Meteor Log 17th July: Let go all lines!
In co-operation with the Max-Planck-Institute for marine Microbiology cruise leader Antje Boetius and her internationale science team report from 17.07. 2008 to 24.08.2008 on the website planeterde.de about live and work on board Meteor. The science blog of the 76th Meteor-Expedition starts with a contribution by Christina Bienhold, Microbiologist and GLOMAR-PhD student from Bremen.
17. July 2008 (Author: Christina Bienhold)
21°33' S, 013° 24' E
Today’s BLOG is contributed by:
„ Hi, my name is Christina Bienhold and I am a PhD student of the graduate school GLOMAR of the University of Bremen. I am doing my research in the Habitat group of the Max-Planck-Institute for Marine Microbiology in Bremen. During my Ph.D. studies I am investigating microbial biodiversity in deep-sea sediments. On this cruise I will be involved in the sampling for molecular and biogeochemical analyses.”
Let go all lines!
This morning at 10 am Meteor and its international crew leave “Walvisbaai” (Namibia) (picture 1). Accompanied by the pilots and lots of jellyfish in the waters around us, we begin our scientific voyage, which will last six weeks and take us northward from here to the Congo continental margin. At departure all scientists gather on deck with cameras at hand - to witness the start of our journey and enjoy the last views of land (picture 2 and 3). For many of them it is the first time on a research vessel, but I believe that also for the experienced sea-going scientists it is always the beginning of another new adventure. We are waved goodbye by a few seals that pop up their heads, as well as by a large sea turtle that suddenly appears on portside to catch a breath, but disappears as quickly as it had appeared (picture 4).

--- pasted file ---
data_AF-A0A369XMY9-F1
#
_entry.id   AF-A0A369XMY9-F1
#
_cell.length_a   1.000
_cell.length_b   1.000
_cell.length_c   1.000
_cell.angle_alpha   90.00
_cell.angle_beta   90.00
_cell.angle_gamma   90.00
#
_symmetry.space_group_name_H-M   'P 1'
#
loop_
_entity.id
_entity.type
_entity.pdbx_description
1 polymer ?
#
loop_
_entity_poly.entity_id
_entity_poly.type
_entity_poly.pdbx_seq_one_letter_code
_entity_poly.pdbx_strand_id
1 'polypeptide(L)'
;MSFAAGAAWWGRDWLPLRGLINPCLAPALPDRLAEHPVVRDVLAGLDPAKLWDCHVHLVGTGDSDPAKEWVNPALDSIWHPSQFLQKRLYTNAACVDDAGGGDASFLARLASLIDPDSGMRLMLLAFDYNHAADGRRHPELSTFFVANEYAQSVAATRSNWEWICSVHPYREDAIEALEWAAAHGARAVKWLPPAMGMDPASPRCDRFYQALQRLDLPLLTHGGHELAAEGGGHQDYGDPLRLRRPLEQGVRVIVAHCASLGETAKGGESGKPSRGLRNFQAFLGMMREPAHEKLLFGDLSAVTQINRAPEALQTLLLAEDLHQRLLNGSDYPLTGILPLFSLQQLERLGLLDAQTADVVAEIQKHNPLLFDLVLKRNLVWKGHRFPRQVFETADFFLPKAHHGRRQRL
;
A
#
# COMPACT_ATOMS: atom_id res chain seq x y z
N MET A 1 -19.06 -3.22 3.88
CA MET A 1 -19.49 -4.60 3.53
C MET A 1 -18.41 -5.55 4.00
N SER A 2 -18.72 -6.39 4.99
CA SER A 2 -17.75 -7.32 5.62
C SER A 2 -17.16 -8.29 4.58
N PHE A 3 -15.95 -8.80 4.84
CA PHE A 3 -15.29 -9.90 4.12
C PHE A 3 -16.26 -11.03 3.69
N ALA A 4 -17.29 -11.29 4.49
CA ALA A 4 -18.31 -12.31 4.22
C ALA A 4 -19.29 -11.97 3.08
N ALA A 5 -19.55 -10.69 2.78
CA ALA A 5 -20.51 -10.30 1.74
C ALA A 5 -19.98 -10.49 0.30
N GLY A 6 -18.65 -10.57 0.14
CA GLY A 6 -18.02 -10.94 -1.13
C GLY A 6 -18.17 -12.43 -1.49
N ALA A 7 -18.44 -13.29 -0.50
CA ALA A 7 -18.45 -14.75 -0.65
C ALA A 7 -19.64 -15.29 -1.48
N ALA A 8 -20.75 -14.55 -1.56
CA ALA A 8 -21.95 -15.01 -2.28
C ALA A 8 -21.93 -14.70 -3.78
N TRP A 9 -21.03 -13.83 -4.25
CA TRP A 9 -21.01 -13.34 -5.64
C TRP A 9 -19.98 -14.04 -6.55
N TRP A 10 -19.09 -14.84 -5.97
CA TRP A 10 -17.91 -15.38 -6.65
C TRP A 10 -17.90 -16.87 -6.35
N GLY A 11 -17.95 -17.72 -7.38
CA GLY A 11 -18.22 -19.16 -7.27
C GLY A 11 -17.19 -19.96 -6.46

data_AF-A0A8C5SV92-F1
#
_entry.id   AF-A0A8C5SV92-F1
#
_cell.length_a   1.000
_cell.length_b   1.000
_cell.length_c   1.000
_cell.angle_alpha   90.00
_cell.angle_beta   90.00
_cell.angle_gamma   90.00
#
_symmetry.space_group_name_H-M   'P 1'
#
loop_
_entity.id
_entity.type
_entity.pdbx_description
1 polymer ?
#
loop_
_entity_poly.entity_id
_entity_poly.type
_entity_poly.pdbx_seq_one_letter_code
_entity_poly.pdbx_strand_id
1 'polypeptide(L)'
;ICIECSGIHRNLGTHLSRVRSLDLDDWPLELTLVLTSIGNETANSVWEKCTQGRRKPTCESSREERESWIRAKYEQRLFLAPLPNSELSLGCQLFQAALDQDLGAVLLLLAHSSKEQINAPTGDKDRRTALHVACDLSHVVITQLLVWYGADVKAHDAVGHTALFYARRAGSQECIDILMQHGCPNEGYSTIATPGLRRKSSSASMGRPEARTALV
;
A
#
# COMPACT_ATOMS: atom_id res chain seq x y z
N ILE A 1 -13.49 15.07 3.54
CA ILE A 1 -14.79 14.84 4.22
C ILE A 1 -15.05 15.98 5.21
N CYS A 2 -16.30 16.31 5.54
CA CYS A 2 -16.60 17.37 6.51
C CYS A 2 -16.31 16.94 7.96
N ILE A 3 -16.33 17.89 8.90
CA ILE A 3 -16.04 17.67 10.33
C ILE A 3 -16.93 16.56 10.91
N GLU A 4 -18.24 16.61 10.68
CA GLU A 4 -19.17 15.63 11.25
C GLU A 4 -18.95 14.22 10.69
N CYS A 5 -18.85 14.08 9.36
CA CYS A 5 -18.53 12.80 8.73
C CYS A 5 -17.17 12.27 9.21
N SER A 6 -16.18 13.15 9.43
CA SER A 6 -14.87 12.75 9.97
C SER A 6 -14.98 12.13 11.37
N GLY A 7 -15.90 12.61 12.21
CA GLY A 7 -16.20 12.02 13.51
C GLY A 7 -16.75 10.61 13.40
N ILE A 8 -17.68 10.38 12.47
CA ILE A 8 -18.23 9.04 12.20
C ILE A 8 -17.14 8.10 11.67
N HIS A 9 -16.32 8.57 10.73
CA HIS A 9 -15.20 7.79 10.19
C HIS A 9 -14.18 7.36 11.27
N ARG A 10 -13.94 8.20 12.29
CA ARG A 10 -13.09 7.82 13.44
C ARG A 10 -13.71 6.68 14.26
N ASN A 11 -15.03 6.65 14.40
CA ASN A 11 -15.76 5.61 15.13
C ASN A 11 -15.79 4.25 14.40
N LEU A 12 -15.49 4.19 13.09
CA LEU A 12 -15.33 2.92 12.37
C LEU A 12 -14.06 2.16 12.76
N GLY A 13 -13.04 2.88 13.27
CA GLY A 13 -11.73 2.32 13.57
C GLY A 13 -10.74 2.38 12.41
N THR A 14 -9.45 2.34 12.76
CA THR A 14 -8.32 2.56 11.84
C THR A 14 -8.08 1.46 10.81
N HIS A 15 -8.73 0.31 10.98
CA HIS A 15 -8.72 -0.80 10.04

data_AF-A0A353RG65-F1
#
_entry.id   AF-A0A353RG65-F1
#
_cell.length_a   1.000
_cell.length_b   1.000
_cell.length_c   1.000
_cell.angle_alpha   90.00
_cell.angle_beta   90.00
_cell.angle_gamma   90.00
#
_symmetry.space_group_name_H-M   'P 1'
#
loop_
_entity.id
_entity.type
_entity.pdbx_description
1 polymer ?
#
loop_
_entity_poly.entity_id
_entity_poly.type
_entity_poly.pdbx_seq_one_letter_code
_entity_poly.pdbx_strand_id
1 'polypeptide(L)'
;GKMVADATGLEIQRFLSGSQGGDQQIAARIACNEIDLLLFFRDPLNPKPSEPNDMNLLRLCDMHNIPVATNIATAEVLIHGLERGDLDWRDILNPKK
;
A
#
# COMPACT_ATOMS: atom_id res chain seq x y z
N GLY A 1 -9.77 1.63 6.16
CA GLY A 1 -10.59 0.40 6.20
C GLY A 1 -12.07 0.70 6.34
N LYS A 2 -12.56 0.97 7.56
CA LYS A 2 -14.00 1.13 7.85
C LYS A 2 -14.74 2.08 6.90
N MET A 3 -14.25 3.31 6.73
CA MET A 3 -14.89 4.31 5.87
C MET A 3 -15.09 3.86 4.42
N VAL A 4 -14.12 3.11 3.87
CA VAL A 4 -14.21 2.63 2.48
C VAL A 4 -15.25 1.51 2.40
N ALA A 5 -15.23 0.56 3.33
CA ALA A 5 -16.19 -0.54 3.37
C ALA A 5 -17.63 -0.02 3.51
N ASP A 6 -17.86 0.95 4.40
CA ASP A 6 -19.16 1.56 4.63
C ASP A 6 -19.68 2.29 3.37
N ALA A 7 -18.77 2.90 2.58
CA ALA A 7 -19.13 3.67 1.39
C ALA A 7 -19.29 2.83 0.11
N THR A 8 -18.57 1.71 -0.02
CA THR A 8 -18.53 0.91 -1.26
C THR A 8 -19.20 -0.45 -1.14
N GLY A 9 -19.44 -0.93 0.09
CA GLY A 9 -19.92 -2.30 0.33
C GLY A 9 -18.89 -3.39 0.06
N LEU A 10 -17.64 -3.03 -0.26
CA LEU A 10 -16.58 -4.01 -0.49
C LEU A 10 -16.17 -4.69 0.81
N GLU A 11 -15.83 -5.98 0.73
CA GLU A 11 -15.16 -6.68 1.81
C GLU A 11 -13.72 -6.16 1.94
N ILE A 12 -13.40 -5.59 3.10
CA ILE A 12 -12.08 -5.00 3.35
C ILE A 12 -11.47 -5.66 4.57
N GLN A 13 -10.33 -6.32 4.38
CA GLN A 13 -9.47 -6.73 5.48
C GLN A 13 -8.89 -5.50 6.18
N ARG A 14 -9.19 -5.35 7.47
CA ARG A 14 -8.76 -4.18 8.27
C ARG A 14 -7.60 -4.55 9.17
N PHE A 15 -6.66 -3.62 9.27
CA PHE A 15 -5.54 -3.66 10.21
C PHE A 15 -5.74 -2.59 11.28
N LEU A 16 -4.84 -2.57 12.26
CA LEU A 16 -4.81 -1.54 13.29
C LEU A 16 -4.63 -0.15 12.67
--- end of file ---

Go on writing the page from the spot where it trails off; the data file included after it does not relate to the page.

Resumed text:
Picture 1: METEOR leaves Walvisbay harbor. On the aft deck the remotely operated vehicle QUEST 4000 and the transport system LIFT are installed
The morning was also used for an introduction to the safety on board by the officer in charge who informed us about the alarm signals and some important rules on board. Afterwards the general alarm was practised and everyone had to gather at the meeting point on deck with his/her life vest (Similar to a fire alarm on land, just that you do not bring a life vest there). The first scientific meeting in the afternoon was used to give a short overview of the working area, to introduce all participating scientists and to design a rough program for the next days, during which we will steam towards the working area.
Picture 2: Group of scientists from Germany, Peru and Nigeria who watch the departure on deck (l.t.r.: R. Stiens, A. Boetius, O. Oni, CJ. Caparachin).
For the next six weeks the Meteor will be our working environment, our home and place for social exchange. I am excited and looking forward to that.
Picture 3: Start of the GUINECO cruise M76/3B
Picture 4: A special farewell guest – a giant sea
turtle - accommanied the research vessel Meteor.